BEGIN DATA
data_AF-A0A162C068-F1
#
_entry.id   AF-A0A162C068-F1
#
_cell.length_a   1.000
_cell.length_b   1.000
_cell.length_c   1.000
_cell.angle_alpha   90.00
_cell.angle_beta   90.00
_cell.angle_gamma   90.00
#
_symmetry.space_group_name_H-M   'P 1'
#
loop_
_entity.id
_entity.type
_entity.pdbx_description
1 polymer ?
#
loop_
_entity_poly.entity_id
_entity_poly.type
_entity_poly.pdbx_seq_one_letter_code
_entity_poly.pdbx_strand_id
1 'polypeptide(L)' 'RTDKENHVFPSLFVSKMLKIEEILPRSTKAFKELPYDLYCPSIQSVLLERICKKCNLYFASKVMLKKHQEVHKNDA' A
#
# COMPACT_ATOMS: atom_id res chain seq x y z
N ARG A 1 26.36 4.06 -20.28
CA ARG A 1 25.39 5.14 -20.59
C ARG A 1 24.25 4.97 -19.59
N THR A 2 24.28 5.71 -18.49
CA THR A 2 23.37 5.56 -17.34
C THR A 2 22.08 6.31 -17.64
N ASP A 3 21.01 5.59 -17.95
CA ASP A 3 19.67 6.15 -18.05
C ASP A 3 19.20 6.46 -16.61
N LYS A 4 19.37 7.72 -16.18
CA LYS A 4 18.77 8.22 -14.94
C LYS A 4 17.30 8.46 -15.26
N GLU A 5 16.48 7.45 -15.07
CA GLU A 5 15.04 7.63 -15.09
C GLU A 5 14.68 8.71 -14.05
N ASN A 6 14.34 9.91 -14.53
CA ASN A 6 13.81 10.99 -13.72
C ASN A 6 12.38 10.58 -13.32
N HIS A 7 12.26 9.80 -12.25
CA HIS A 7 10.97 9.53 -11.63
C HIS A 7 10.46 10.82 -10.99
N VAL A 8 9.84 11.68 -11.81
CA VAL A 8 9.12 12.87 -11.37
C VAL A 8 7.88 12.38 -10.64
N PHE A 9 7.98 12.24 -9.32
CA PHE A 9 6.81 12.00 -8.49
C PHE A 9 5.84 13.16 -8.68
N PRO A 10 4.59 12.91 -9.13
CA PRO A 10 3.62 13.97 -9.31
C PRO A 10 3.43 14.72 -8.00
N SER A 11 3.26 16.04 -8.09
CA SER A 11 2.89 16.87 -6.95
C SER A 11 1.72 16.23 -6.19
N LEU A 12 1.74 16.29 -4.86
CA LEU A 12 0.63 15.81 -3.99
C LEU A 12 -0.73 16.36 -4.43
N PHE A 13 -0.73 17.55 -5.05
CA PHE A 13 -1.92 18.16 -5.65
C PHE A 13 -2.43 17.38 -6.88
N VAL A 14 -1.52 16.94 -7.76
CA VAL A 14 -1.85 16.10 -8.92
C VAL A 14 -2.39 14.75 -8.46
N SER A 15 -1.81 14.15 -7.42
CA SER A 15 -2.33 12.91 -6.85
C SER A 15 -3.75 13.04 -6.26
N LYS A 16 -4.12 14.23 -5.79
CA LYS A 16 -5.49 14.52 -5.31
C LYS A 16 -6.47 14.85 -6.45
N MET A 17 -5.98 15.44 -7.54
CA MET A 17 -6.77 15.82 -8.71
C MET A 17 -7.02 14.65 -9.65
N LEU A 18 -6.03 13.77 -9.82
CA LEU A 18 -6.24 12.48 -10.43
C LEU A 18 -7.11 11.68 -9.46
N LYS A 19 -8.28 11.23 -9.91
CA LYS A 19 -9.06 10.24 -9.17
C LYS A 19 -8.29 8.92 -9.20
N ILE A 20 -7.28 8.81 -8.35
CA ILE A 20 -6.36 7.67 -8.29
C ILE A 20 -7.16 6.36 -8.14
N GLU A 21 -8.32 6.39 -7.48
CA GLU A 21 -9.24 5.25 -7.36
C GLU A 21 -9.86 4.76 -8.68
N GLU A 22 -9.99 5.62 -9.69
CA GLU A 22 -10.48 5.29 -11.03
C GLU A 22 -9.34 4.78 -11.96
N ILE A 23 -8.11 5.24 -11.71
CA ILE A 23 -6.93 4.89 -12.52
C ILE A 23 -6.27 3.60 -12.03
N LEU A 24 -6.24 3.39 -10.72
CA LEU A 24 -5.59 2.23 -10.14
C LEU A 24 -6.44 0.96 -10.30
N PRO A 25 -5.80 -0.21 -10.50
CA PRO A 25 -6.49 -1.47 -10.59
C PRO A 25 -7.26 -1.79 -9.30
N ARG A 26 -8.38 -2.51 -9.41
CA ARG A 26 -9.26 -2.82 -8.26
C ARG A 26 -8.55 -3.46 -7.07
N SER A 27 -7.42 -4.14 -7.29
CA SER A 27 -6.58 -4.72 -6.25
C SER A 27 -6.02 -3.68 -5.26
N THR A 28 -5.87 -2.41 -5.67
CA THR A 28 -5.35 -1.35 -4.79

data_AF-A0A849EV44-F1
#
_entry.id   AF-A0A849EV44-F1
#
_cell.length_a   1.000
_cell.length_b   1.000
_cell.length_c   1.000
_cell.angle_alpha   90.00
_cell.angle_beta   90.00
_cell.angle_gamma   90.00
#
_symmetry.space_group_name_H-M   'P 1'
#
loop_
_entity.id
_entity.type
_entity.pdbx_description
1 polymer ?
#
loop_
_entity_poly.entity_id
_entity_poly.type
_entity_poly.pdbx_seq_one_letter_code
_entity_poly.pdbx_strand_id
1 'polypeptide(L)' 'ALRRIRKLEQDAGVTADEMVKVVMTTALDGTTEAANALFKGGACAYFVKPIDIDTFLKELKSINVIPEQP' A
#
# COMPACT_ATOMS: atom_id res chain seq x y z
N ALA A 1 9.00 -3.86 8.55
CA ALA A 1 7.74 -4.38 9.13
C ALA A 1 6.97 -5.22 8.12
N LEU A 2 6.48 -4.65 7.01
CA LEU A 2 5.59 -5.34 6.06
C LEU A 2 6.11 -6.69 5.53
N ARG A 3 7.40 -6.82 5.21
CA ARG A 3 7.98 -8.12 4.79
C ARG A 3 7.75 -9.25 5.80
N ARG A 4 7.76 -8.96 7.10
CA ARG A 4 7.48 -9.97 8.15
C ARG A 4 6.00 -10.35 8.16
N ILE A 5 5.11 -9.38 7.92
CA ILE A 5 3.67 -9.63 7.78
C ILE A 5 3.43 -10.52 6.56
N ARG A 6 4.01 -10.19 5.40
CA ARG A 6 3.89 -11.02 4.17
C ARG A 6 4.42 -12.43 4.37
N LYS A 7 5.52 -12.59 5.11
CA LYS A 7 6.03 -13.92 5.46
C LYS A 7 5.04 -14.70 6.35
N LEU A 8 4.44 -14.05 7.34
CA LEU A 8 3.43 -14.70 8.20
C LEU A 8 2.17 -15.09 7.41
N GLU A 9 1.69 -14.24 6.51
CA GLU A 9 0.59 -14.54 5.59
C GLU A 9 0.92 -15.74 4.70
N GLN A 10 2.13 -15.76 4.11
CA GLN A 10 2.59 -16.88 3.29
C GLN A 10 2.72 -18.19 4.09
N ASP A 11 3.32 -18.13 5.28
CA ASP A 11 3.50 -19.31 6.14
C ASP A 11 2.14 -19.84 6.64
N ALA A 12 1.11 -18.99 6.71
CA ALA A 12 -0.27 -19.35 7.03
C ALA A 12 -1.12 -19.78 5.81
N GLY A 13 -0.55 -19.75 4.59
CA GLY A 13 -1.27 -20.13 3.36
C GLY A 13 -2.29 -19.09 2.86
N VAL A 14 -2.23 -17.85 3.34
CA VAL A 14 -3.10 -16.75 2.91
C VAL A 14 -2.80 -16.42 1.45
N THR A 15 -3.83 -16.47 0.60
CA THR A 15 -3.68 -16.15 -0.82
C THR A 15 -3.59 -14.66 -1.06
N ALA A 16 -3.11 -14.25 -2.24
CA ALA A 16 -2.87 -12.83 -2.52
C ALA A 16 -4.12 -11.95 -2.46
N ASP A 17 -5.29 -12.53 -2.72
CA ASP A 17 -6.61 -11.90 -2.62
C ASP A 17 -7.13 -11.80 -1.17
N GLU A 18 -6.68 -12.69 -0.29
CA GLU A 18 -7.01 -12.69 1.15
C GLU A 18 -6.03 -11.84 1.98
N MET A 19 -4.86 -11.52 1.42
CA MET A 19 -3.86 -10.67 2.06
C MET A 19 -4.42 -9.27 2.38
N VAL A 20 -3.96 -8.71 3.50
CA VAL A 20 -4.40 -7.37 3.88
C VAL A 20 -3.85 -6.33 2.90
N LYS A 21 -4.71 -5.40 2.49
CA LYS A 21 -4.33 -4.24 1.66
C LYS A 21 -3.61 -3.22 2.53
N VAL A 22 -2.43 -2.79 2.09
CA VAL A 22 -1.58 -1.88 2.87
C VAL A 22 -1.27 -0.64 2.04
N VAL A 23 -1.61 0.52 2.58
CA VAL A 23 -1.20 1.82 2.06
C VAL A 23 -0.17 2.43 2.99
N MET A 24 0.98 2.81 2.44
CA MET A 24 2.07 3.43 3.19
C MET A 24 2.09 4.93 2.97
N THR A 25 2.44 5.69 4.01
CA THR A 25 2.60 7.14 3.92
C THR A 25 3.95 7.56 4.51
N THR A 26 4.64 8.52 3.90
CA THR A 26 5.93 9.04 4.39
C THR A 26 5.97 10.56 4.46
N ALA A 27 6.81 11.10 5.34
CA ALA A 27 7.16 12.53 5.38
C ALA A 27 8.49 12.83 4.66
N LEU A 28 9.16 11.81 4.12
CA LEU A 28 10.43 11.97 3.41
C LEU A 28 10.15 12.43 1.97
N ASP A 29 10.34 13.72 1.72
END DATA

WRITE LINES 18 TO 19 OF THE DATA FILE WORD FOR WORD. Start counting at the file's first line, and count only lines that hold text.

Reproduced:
1 polymer ?
#